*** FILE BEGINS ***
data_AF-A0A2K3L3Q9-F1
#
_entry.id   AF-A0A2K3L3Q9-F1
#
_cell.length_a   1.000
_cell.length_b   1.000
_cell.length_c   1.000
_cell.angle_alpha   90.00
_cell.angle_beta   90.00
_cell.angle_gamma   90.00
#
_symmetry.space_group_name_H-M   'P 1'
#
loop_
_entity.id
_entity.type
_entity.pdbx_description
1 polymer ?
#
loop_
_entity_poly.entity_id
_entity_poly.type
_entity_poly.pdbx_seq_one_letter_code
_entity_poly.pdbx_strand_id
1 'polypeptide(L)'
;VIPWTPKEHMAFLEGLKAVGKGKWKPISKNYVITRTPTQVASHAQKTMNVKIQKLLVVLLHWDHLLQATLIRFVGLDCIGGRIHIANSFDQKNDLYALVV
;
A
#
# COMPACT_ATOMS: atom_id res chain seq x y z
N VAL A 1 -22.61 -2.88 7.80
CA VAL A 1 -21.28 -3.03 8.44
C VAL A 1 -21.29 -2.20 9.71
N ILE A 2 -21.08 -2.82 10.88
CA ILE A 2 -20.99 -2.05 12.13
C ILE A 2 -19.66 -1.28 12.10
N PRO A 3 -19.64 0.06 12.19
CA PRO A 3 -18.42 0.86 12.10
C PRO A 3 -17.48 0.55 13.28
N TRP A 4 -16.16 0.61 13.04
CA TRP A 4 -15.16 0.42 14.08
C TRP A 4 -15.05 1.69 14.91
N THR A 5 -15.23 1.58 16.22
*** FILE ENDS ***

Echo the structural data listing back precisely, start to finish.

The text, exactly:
data_AF-A0A2K3L3Q9-F1
#
_entry.id   AF-A0A2K3L3Q9-F1
#
_cell.length_a   1.000
_cell.length_b   1.000
_cell.length_c   1.000
_cell.angle_alpha   90.00
_cell.angle_beta   90.00
_cell.angle_gamma   90.00
#
_symmetry.space_group_name_H-M   'P 1'
#
loop_
_entity.id
_entity.type
_entity.pdbx_description
1 polymer ?
#
loop_
_entity_poly.entity_id
_entity_poly.type
_entity_poly.pdbx_seq_one_letter_code
_entity_poly.pdbx_strand_id
1 'polypeptide(L)'
;VIPWTPKEHMAFLEGLKAVGKGKWKPISKNYVITRTPTQVASHAQKTMNVKIQKLLVVLLHWDHLLQATLIRFVGLDCIGGRIHIANSFDQKNDLYALVV
;
A
#
# COMPACT_ATOMS: atom_id res chain seq x y z
N VAL A 1 -22.61 -2.88 7.80
CA VAL A 1 -21.28 -3.03 8.44
C VAL A 1 -21.29 -2.20 9.71
N ILE A 2 -21.08 -2.82 10.88
CA ILE A 2 -20.99 -2.05 12.13
C ILE A 2 -19.66 -1.28 12.10
N PRO A 3 -19.64 0.06 12.19
CA PRO A 3 -18.42 0.86 12.10
C PRO A 3 -17.48 0.55 13.28
N TRP A 4 -16.16 0.61 13.04
CA TRP A 4 -15.16 0.42 14.08
C TRP A 4 -15.05 1.69 14.91
N THR A 5 -15.23 1.58 16.22